Friday, October 3, 2008

Heroism in Music: "There Goes My Hero..."

"There goes my hero 
Watch him as he goes 
There goes my hero 
He’s ordinary"
"My Hero" by the Foo Fighters. Another song extolling "ordinary people" as heroes. I don't find the song lyrically or philosophically extraordinary, so I find that fitting. However, there is an opportunity here to ask something....what is "ordinary?" What is "Extraordinary?" They are not intrinsic qualities, they are contextual. What is ordinary in one sense can be extraordinary in another. As Ayn Rand once claimed, "the common man in America is most uncommon." 

 Still, there is something to be said, to play devil's advocate, for ordinary heroes. Ordinary people as opposed to "superheroes," i.e., radiated mutated "strange-visitor-from-another-planet" type of heroes. Yes, heroism is not the province of powers, but courage. So, yes, in that sense, since none of us are "Jesus" or "Superman," we're all "ordinary. 

 But there is something else at work here, maybe lost on Dave Grohl. He may not have meant this, but consider the attitude of fictional character J. Jonah Jameson, eternal thorn in Spiderman's side. Explaining his hatred of Spiderman, he refers back to WWII, the "Greatest Generation." Back then, he says, Americans were the ones who got things done. But when these superheroes came along, they made us look like rubes. "What happens to us?" he says. So the fear is not of superpowers, but of being robbed of chance of being a hero himself, because he's "ordinary." 

 Consider that when you read Dave Grohl's explanation of the song:
 Heroes are a funny thing. When I was young I had KISS posters and I listened to Rush and thought the Beatles were magicians. But the real heroes in my life were people that I was close to. Pete Stahl who was the singer of Scream (Grohl's pre-Nirvana band) was one. I was 17 years old when we hit the road and that guy showed me the ropes, so to me he was a hero. And family members mom's a saint. She raised two kids with no money and we managed to be a happy family, so she seems like a hero to me." Did Kurt Cobain figure in your thinking at all? "After Kurt died, the whole idea of hero worship or idolatry warped into something I thought was strange. You take a human being and you turn them into a deity. It's really bizarre. I remember I was driving around Ireland when I was trying to get away from that whole fiasco after Kurt died. I was in the middle of nowhere and it was beautiful. But then I was driving down a country road and I saw a hitch hiker with a Kurt Cobain t-shirt on so my perception of a hero kind of changed. If you listen to the lyrics to the song it's all about an ordinary hero. Just a regular person.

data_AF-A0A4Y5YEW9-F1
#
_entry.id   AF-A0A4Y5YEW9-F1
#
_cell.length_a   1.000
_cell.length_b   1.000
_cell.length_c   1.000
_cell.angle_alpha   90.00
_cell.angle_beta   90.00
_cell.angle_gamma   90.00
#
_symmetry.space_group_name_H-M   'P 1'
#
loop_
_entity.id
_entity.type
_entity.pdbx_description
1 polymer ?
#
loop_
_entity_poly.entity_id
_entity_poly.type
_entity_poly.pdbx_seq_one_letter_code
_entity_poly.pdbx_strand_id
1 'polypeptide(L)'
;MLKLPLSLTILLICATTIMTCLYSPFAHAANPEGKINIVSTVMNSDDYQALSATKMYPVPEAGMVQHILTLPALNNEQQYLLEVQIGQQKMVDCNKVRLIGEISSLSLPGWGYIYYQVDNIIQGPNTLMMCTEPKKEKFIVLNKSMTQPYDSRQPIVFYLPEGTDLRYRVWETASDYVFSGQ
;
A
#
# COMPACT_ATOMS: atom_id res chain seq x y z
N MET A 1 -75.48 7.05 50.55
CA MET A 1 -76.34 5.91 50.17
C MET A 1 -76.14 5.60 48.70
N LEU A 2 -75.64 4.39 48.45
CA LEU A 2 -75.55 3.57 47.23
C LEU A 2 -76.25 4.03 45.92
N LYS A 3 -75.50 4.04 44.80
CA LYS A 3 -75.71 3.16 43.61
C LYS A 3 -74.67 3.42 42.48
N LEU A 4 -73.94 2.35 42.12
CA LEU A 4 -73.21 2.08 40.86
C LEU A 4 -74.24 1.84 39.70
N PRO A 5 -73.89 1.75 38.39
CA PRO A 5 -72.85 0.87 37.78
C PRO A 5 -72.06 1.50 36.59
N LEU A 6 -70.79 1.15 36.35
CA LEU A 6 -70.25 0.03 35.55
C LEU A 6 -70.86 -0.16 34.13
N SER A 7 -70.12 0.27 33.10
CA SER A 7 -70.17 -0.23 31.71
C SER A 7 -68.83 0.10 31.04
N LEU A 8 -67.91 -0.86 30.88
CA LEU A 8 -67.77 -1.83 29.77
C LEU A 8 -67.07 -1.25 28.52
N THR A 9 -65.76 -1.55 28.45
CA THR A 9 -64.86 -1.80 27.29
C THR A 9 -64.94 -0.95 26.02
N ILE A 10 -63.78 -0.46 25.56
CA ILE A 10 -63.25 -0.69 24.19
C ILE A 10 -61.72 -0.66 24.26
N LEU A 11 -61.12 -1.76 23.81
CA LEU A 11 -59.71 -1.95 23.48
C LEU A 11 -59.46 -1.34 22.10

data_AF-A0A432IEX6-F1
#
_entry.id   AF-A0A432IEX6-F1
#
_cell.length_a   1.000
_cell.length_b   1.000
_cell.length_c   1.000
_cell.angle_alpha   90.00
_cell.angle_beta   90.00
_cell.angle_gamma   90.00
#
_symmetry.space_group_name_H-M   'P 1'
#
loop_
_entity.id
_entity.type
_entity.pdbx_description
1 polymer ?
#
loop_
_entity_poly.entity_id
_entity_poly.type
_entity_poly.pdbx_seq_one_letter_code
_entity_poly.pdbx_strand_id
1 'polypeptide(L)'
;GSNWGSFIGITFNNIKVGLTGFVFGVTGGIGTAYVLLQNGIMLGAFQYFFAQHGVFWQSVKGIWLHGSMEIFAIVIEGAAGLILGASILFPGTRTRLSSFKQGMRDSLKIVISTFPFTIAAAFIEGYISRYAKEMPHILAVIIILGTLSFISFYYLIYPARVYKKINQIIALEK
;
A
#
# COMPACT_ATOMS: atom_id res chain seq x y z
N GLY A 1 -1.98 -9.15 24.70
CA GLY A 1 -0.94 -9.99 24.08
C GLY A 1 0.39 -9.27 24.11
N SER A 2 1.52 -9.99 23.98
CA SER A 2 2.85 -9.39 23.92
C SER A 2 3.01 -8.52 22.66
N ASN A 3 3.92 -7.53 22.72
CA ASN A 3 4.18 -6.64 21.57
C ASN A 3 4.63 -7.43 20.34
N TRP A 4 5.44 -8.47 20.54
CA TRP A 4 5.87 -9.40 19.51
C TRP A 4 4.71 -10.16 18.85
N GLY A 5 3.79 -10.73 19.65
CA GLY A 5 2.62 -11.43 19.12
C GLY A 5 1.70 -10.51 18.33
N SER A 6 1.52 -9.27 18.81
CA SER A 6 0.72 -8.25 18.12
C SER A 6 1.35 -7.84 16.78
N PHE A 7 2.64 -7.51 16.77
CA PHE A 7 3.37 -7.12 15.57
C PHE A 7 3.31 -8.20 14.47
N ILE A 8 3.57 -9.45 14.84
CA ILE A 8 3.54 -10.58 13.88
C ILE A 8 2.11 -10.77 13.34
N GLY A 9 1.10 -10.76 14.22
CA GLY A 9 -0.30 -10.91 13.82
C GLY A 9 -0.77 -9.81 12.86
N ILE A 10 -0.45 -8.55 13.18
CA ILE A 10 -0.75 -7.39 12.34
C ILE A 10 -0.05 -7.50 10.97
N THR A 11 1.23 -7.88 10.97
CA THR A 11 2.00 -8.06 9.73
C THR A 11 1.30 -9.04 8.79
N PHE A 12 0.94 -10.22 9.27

And yet, I give Grohl the benefit of the doubt, based on this one line from the song:
"Don’t the best of them bleed it out 
While the rest of them peter out ?"
Well, wouldn't those people who "bleed it out" be more than "ordinary?"

 While I appreciate the fact that Dave Grohl does NOT denigrate the idea of heroism in his lyrics, I'd simply ask: "why look on these people as "ordinary?".  Ordinary compared to rock, sports and movies stars. But why compare? Well, we are TOLD by the media, etc. that these people are extraordinary, that they are our new "gods." (No coincidence that there is a top-rated show called "American IDOL...") Fair enough. But still, when we think for ourselves, there is no reason that we cannot find people in our own lives to be extraordinary. 

Or are we to be afraid of the extraordinary? "What will become of us?"

 At any rate, guys, keep fighting that foo...